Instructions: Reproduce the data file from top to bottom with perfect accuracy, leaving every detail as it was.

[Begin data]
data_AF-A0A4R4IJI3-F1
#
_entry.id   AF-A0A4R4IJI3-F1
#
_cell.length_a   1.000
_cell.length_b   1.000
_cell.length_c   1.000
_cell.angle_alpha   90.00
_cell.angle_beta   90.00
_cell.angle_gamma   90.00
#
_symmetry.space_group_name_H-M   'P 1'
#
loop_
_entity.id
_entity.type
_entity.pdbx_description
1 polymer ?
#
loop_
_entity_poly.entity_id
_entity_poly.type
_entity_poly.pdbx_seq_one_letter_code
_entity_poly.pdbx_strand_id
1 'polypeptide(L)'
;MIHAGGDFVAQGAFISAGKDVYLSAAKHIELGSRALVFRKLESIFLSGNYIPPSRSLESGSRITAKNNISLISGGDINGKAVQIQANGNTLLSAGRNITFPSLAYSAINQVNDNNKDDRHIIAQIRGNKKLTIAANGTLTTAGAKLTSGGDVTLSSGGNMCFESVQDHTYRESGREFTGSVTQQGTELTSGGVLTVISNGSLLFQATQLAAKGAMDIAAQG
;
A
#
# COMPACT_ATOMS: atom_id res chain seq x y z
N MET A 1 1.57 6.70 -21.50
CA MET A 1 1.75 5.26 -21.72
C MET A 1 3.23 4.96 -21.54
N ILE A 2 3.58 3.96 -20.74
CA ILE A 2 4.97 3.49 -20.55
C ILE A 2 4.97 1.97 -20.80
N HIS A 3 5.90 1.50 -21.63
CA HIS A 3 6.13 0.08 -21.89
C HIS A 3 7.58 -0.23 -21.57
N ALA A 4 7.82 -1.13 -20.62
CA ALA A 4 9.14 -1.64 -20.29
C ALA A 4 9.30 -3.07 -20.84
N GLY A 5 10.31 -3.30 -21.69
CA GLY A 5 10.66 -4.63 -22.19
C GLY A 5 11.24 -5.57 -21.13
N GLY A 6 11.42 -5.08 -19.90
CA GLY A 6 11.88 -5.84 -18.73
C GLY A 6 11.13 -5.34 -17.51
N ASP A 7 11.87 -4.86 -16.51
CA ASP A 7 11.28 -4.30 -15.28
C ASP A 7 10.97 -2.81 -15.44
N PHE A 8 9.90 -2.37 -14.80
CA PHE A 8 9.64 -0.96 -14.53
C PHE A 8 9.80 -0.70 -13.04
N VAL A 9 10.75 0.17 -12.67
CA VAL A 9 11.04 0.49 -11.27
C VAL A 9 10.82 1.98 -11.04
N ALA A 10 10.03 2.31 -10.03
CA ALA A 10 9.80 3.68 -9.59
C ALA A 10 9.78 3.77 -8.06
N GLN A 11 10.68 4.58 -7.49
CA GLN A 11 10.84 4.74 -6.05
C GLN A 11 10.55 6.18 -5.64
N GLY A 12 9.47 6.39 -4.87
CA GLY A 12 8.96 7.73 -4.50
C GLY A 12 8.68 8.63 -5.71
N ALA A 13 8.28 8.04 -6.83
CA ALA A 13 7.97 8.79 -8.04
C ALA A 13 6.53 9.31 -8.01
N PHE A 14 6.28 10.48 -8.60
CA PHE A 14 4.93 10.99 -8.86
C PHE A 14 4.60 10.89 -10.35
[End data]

data_AF-A0A4R4IJI3-F1
#
_entry.id   AF-A0A4R4IJI3-F1
#
_cell.length_a   1.000
_cell.length_b   1.000
_cell.length_c   1.000
_cell.angle_alpha   90.00
_cell.angle_beta   90.00
_cell.angle_gamma   90.00
#
_symmetry.space_group_name_H-M   'P 1'
#
loop_
_entity.id
_entity.type
_entity.pdbx_description
1 polymer ?
#
loop_
_entity_poly.entity_id
_entity_poly.type
_entity_poly.pdbx_seq_one_letter_code
_entity_poly.pdbx_strand_id
1 'polypeptide(L)'
;MIHAGGDFVAQGAFISAGKDVYLSAAKHIELGSRALVFRKLESIFLSGNYIPPSRSLESGSRITAKNNISLISGGDINGKAVQIQANGNTLLSAGRNITFPSLAYSAINQVNDNNKDDRHIIAQIRGNKKLTIAANGTLTTAGAKLTSGGDVTLSSGGNMCFESVQDHTYRESGREFTGSVTQQGTELTSGGVLTVISNGSLLFQATQLAAKGAMDIAAQG
;
A
#
# COMPACT_ATOMS: atom_id res chain seq x y z
N MET A 1 1.57 6.70 -21.50
CA MET A 1 1.75 5.26 -21.72
C MET A 1 3.23 4.96 -21.54
N ILE A 2 3.58 3.96 -20.74
CA ILE A 2 4.97 3.49 -20.55
C ILE A 2 4.97 1.97 -20.80
N HIS A 3 5.90 1.50 -21.63
CA HIS A 3 6.13 0.08 -21.89
C HIS A 3 7.58 -0.23 -21.57
N ALA A 4 7.82 -1.13 -20.62
CA ALA A 4 9.14 -1.64 -20.29
C ALA A 4 9.30 -3.07 -20.84
N GLY A 5 10.31 -3.30 -21.69
CA GLY A 5 10.66 -4.63 -22.19
C GLY A 5 11.24 -5.57 -21.13
N GLY A 6 11.42 -5.08 -19.90
CA GLY A 6 11.88 -5.84 -18.73
C GLY A 6 11.13 -5.34 -17.51
N ASP A 7 11.87 -4.86 -16.51
CA ASP A 7 11.28 -4.30 -15.28
C ASP A 7 10.97 -2.81 -15.44
N PHE A 8 9.90 -2.37 -14.80
CA PHE A 8 9.64 -0.96 -14.53
C PHE A 8 9.80 -0.70 -13.04
N VAL A 9 10.75 0.17 -12.67
CA VAL A 9 11.04 0.49 -11.27
C VAL A 9 10.82 1.98 -11.04
N ALA A 10 10.03 2.31 -10.03
CA ALA A 10 9.80 3.68 -9.59
C ALA A 10 9.78 3.77 -8.06
N GLN A 11 10.68 4.58 -7.49
CA GLN A 11 10.84 4.74 -6.05
C GLN A 11 10.55 6.18 -5.64
N GLY A 12 9.47 6.39 -4.87
CA GLY A 12 8.96 7.73 -4.50
C GLY A 12 8.68 8.63 -5.71
N ALA A 13 8.28 8.04 -6.83
CA ALA A 13 7.97 8.79 -8.04
C ALA A 13 6.53 9.31 -8.01
N PHE A 14 6.28 10.48 -8.60
CA PHE A 14 4.93 10.99 -8.86
C PHE A 14 4.60 10.89 -10.35